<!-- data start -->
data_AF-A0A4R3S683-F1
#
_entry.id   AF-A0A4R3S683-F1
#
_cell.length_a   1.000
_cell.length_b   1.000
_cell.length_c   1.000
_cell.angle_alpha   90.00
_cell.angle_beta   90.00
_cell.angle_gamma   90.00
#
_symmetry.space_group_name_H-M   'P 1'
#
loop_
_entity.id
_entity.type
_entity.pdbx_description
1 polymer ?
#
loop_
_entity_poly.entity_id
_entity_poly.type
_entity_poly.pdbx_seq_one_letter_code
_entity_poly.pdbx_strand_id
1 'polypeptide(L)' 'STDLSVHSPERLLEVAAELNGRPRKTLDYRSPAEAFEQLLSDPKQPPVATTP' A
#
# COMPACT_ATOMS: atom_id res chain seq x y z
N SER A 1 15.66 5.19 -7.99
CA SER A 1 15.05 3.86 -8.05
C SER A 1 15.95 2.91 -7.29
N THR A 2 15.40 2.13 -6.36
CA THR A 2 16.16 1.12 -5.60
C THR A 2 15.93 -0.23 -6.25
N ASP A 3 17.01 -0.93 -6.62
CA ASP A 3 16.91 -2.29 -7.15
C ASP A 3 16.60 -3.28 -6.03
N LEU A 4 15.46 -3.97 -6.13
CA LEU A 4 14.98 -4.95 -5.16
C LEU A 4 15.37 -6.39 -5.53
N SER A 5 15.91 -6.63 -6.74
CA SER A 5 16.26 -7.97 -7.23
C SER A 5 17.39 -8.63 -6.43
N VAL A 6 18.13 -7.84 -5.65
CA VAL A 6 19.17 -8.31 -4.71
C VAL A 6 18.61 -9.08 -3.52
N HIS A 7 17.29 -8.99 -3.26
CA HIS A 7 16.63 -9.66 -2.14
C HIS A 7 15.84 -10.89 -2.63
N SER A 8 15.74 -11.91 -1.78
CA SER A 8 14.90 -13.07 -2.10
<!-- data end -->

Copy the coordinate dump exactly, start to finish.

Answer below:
data_AF-A0A4R3S683-F1
#
_entry.id   AF-A0A4R3S683-F1
#
_cell.length_a   1.000
_cell.length_b   1.000
_cell.length_c   1.000
_cell.angle_alpha   90.00
_cell.angle_beta   90.00
_cell.angle_gamma   90.00
#
_symmetry.space_group_name_H-M   'P 1'
#
loop_
_entity.id
_entity.type
_entity.pdbx_description
1 polymer ?
#
loop_
_entity_poly.entity_id
_entity_poly.type
_entity_poly.pdbx_seq_one_letter_code
_entity_poly.pdbx_strand_id
1 'polypeptide(L)' 'STDLSVHSPERLLEVAAELNGRPRKTLDYRSPAEAFEQLLSDPKQPPVATTP' A
#
# COMPACT_ATOMS: atom_id res chain seq x y z
N SER A 1 15.66 5.19 -7.99
CA SER A 1 15.05 3.86 -8.05
C SER A 1 15.95 2.91 -7.29
N THR A 2 15.40 2.13 -6.36
CA THR A 2 16.16 1.12 -5.60
C THR A 2 15.93 -0.23 -6.25
N ASP A 3 17.01 -0.93 -6.62
CA ASP A 3 16.91 -2.29 -7.15
C ASP A 3 16.60 -3.28 -6.03
N LEU A 4 15.46 -3.97 -6.13
CA LEU A 4 14.98 -4.95 -5.16
C LEU A 4 15.37 -6.39 -5.53
N SER A 5 15.91 -6.63 -6.74
CA SER A 5 16.26 -7.97 -7.23
C SER A 5 17.39 -8.63 -6.43
N VAL A 6 18.13 -7.84 -5.65
CA VAL A 6 19.17 -8.31 -4.71
C VAL A 6 18.61 -9.08 -3.52
N HIS A 7 17.29 -8.99 -3.26
CA HIS A 7 16.63 -9.66 -2.14
C HIS A 7 15.84 -10.89 -2.63
N SER A 8 15.74 -11.91 -1.78
CA SER A 8 14.90 -13.07 -2.10